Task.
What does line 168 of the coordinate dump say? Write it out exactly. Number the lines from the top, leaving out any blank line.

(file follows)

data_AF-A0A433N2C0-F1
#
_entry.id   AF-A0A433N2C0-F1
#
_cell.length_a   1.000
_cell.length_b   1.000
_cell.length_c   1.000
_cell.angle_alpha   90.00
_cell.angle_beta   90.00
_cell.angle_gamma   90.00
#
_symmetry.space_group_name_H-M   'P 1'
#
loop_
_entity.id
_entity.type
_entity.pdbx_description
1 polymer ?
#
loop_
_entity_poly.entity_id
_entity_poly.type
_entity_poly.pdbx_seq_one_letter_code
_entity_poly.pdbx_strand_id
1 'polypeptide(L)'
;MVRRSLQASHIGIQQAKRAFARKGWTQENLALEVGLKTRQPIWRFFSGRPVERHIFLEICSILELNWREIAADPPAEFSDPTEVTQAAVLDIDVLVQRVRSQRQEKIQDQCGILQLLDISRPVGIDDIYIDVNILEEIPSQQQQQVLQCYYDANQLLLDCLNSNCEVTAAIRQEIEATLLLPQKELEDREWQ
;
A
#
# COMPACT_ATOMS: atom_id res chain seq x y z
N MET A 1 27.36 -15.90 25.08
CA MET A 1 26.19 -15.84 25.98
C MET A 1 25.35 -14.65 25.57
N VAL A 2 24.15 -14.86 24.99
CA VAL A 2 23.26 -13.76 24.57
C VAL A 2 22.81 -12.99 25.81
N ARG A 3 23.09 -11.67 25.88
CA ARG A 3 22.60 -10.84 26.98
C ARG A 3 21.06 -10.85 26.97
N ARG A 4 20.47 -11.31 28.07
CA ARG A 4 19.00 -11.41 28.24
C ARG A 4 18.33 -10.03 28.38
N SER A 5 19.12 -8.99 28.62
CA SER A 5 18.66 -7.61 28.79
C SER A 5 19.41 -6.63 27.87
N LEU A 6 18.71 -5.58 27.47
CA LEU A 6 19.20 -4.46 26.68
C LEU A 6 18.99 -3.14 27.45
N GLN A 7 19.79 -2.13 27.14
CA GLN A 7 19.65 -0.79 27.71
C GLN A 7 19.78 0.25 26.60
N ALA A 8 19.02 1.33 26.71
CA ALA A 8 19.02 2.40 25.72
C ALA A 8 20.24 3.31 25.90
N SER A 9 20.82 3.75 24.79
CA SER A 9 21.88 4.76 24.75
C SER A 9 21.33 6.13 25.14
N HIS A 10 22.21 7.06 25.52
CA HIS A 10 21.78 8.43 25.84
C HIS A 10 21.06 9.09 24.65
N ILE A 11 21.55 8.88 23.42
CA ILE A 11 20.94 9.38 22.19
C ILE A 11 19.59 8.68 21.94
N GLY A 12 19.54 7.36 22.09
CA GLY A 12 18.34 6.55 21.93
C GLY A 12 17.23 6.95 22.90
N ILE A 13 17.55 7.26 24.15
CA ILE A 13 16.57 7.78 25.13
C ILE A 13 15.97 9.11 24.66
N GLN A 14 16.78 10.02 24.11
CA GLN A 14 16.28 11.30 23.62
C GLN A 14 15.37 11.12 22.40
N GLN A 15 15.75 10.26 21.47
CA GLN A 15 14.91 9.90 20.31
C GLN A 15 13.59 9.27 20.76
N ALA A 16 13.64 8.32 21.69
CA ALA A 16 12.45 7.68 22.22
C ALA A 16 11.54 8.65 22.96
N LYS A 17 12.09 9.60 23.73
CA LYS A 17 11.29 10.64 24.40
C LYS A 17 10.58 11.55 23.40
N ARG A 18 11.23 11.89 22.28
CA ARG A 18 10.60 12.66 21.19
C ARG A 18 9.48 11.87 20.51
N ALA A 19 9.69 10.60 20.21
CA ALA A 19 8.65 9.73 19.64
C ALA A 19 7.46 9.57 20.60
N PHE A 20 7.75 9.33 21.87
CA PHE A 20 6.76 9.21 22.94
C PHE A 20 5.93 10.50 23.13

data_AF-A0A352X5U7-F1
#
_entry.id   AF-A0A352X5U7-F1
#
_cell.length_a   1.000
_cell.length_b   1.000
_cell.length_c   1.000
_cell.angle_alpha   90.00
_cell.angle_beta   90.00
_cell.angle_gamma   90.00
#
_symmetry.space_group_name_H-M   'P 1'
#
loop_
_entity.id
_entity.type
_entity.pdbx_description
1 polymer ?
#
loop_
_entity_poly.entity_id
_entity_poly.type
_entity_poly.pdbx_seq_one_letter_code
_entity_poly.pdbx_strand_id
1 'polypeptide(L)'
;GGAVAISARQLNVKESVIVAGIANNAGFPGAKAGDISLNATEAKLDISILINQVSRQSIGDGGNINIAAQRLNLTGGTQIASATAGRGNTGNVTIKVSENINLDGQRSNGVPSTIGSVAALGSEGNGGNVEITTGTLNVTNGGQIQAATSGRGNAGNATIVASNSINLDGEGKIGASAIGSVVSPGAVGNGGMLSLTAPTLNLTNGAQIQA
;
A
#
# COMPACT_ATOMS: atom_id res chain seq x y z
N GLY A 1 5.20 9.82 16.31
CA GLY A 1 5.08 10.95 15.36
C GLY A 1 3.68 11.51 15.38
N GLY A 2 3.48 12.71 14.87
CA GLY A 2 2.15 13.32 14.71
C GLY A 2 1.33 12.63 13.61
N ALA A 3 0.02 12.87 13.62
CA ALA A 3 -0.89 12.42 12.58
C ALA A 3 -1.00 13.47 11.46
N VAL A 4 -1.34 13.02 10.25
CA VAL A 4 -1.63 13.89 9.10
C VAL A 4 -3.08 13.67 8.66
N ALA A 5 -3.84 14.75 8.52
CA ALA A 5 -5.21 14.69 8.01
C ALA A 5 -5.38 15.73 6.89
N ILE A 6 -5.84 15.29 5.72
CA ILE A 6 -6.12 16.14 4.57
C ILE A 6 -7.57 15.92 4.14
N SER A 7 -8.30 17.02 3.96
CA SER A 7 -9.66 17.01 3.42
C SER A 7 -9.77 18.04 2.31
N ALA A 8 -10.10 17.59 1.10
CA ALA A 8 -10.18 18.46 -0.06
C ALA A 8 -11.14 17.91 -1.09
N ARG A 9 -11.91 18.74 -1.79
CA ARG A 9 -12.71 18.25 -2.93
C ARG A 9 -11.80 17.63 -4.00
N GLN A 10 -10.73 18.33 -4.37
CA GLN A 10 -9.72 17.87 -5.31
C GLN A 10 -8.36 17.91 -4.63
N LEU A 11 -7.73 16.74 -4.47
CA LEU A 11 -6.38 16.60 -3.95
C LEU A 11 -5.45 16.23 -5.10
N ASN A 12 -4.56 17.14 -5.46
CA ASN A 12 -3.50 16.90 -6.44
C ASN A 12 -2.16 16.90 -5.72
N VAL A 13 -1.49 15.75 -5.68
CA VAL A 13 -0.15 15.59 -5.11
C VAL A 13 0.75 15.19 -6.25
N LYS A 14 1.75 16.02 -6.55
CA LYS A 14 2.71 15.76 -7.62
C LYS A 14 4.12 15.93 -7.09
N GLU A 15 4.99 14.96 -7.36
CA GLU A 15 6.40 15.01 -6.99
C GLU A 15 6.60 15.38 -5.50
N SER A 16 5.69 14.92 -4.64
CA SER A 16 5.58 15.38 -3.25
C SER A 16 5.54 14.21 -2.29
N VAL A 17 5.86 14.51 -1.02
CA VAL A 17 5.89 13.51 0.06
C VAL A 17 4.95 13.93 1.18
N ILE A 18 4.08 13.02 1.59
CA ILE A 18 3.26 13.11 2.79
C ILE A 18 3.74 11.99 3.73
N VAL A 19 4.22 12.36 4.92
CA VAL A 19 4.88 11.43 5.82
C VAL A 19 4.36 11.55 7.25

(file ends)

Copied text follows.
C SER A 16 5.54 14.21 -2.29